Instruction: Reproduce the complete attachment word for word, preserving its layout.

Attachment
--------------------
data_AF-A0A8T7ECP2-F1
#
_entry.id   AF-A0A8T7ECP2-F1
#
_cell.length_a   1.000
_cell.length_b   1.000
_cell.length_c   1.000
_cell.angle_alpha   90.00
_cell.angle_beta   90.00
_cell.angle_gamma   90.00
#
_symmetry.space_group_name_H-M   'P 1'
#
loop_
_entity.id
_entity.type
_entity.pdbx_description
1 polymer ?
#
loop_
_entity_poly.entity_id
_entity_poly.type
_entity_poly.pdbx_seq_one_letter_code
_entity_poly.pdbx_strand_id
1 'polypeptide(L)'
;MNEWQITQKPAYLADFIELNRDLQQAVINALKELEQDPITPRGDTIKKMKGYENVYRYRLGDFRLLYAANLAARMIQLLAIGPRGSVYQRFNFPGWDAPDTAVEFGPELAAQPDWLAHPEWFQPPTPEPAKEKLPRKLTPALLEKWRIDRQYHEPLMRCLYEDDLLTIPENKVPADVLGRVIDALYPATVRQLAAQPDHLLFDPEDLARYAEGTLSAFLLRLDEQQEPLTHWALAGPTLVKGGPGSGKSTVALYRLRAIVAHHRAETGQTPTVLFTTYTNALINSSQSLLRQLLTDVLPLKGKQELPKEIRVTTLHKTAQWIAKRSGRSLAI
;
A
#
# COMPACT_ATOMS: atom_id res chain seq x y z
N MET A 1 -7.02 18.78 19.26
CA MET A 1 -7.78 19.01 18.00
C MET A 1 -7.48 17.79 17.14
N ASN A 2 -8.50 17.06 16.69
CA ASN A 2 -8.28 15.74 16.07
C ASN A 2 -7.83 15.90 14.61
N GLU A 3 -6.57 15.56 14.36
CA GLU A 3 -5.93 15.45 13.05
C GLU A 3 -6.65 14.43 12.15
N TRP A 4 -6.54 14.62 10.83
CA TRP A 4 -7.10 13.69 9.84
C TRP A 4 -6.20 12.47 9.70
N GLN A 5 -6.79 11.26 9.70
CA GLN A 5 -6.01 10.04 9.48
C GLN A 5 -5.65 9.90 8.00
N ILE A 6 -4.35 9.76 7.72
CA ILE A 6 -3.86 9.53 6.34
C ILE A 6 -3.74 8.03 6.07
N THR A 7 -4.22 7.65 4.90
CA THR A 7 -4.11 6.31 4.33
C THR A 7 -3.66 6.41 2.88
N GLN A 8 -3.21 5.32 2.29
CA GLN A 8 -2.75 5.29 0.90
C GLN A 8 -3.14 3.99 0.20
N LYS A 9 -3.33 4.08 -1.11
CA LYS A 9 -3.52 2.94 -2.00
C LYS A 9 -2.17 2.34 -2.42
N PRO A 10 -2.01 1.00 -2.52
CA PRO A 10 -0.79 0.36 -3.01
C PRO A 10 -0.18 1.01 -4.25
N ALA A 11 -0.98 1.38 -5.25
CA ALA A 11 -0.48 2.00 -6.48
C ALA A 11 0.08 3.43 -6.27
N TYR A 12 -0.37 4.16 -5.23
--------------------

data_AF-A0A8T7ECP2-F1
#
_entry.id   AF-A0A8T7ECP2-F1
#
_cell.length_a   1.000
_cell.length_b   1.000
_cell.length_c   1.000
_cell.angle_alpha   90.00
_cell.angle_beta   90.00
_cell.angle_gamma   90.00
#
_symmetry.space_group_name_H-M   'P 1'
#
loop_
_entity.id
_entity.type
_entity.pdbx_description
1 polymer ?
#
loop_
_entity_poly.entity_id
_entity_poly.type
_entity_poly.pdbx_seq_one_letter_code
_entity_poly.pdbx_strand_id
1 'polypeptide(L)'
;MNEWQITQKPAYLADFIELNRDLQQAVINALKELEQDPITPRGDTIKKMKGYENVYRYRLGDFRLLYAANLAARMIQLLAIGPRGSVYQRFNFPGWDAPDTAVEFGPELAAQPDWLAHPEWFQPPTPEPAKEKLPRKLTPALLEKWRIDRQYHEPLMRCLYEDDLLTIPENKVPADVLGRVIDALYPATVRQLAAQPDHLLFDPEDLARYAEGTLSAFLLRLDEQQEPLTHWALAGPTLVKGGPGSGKSTVALYRLRAIVAHHRAETGQTPTVLFTTYTNALINSSQSLLRQLLTDVLPLKGKQELPKEIRVTTLHKTAQWIAKRSGRSLAI
;
A
#
# COMPACT_ATOMS: atom_id res chain seq x y z
N MET A 1 -7.02 18.78 19.26
CA MET A 1 -7.78 19.01 18.00
C MET A 1 -7.48 17.79 17.14
N ASN A 2 -8.50 17.06 16.69
CA ASN A 2 -8.28 15.74 16.07
C ASN A 2 -7.83 15.90 14.61
N GLU A 3 -6.57 15.56 14.36
CA GLU A 3 -5.93 15.45 13.05
C GLU A 3 -6.65 14.43 12.15
N TRP A 4 -6.54 14.62 10.83
CA TRP A 4 -7.10 13.69 9.84
C TRP A 4 -6.20 12.47 9.70
N GLN A 5 -6.79 11.26 9.70
CA GLN A 5 -6.01 10.04 9.48
C GLN A 5 -5.65 9.90 8.00
N ILE A 6 -4.35 9.76 7.72
CA ILE A 6 -3.86 9.53 6.34
C ILE A 6 -3.74 8.03 6.07
N THR A 7 -4.22 7.65 4.90
CA THR A 7 -4.11 6.31 4.33
C THR A 7 -3.66 6.41 2.88
N GLN A 8 -3.21 5.32 2.29
CA GLN A 8 -2.75 5.29 0.90
C GLN A 8 -3.14 3.99 0.20
N LYS A 9 -3.33 4.08 -1.11
CA LYS A 9 -3.52 2.94 -2.00
C LYS A 9 -2.17 2.34 -2.42
N PRO A 10 -2.01 1.00 -2.52
CA PRO A 10 -0.79 0.36 -3.01
C PRO A 10 -0.18 1.01 -4.25
N ALA A 11 -0.98 1.38 -5.25
CA ALA A 11 -0.48 2.00 -6.48
C ALA A 11 0.08 3.43 -6.27
N TYR A 12 -0.37 4.16 -5.23